Legal Consequences: Animal abandonment is against the law (NRS 574.100, NRS 574.110) and can lead to serious consequences, including fines, misdemeanor charges, and in severe cases, a felony charge resulting in up to 6 months of imprisonment.
Impact of Animal AbandonmentAnimal abandonment has far-reaching consequences:
- Health Risks: Abandoned animals face a myriad of challenges including illness, injury, starvation, dehydration, and exposure to severe weather conditions. These factors significantly impact their well-being and pose risks to public health. Without access to food, shelter, and care, abandoned pets face a daunting, lonely existence that can end in a slow, painful death.
- Emotional Trauma: Social animals endure severe emotional distress from abandonment, experiencing stress, fear, and sometimes depression. These animals often struggle to trust a new family, making it more challenging for them to be adopted and reintegrated into a loving home.
- Overpopulation: Abandoned animals often reproduce, contributing to overpopulation issues in shelters and on the streets and adding to the already existing challenges of managing the population of stray animals in our community.
- Roaming Dogs: The presence of abandoned dogs can pose safety concerns, as these animals are often exposed to potential risks such as injuries or accidents involving vehicles.
- Disease transmission: Abandoned dogs, lacking proper veterinary care, face an increased susceptibility to contracting and spreading diseases. Many of these illnesses can easily spread through direct contact with other animals, exposure to spaces previously occupied by infected pets, or interaction with carrier animals.
Alternatives to Animal Abandonment
- Utilize local resources: Numerous local resources are available to assist pet owners who may face challenges in caring for their pets due to a lack of resources. Support for pet training, pet food, supplies, veterinary care, and more exists and can help you in maintaining your pet's well-being.
- Rehoming: If a pet owner finds themselves unable to care for their pet, finding a new, loving home may be a resolution that works for a pet’s best interest. It's a responsible and compassionate decision made to ensure the well-being of the pet, often due to various circumstances such as changes in the owner's life, financial constraints, or unforeseen events.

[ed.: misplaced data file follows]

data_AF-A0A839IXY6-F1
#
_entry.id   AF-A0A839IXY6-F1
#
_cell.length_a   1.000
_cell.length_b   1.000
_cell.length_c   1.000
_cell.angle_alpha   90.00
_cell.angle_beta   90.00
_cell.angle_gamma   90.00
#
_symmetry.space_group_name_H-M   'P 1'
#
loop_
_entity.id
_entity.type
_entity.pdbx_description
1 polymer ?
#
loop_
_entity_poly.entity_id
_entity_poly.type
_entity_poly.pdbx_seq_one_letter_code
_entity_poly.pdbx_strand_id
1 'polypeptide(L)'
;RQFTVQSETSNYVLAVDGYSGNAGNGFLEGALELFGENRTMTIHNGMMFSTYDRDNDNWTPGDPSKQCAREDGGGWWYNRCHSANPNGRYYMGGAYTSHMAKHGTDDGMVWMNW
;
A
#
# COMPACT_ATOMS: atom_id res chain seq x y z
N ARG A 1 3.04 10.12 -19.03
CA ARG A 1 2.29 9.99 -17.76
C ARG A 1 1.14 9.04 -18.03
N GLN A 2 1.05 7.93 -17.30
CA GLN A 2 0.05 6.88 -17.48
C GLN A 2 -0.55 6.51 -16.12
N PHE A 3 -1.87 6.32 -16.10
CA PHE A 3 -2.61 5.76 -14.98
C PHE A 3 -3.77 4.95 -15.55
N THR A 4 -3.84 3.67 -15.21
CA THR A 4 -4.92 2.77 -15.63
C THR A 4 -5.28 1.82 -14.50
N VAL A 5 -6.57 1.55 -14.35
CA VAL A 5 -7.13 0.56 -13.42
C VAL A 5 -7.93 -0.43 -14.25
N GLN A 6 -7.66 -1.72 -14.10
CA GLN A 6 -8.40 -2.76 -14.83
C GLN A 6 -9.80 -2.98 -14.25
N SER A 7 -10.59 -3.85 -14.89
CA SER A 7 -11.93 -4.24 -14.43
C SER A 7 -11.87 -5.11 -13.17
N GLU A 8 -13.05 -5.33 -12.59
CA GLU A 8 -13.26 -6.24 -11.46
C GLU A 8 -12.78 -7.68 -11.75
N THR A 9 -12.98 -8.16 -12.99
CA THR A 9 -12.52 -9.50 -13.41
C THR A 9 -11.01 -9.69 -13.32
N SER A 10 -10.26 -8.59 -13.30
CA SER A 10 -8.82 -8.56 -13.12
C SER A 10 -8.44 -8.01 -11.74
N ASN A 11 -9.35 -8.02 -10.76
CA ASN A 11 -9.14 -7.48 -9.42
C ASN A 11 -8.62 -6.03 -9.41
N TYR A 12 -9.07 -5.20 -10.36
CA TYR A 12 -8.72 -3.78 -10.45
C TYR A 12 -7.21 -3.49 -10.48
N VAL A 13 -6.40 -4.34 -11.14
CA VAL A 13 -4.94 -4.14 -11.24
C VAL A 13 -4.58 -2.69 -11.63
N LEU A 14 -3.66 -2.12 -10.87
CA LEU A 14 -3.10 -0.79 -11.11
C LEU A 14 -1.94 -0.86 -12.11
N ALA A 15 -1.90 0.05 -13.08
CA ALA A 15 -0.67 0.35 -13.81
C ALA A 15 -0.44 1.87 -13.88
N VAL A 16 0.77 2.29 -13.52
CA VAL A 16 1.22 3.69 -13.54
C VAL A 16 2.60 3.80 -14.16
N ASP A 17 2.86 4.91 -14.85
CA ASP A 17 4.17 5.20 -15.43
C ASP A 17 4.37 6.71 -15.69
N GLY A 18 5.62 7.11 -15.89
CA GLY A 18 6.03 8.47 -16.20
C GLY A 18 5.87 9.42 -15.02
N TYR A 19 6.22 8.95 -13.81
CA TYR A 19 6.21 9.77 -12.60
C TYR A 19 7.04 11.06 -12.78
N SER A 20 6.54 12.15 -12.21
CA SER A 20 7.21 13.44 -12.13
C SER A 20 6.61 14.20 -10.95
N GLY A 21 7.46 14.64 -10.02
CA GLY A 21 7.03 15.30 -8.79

- Surrendering: Pet surrendering refers to the act of giving up a pet to a shelter, rescue organization, or animal control facility. This decision is made when an owner can no longer care for their pet due to various reasons, leading them to seek an alternative home for the animal. Due to local shelter capacity, this should be a last resort and may require making an appointment up to several weeks ahead of time and paying a fee.
- Report Animal Abandonment: If you witness animal abandonment or cruelty, report it by calling animal services dispatch at (775) 322-3647 (DOGS).
- Adopt, Don't Shop: Consider adopting from shelters or rescue groups when looking for a new pet.
- Spay/Neuter Your Pets: Help control the pet population by ensuring your pets are spayed or neutered.
- SPCA of Northern Nevada: Call 775 324-7773 Ext. 200 or visit spcanevada.com
- Options veterinary Clinic: Call 775 499-3700
- Rehoming Tools: Utilize home-to-home pet rehoming tools to find a suitable new home for your pet without resorting to a shelter.
- SPCA of Northern Nevada Home to Home pet rehoming tool visit: www.home-home.org/shelter/spca-of-northern-nevada/
- Pet Surrender: If necessary, schedule an appointment to surrender your pet to a local animal rescue agency that accepts surrendered pets. Immediate appointments may not be available, and you may be required to pay a surrender fee.
- Nevada Humane Society: Call: (775) 856-2000
- SPCA of Northern Nevada: Call 775 324-7773 Ext. 200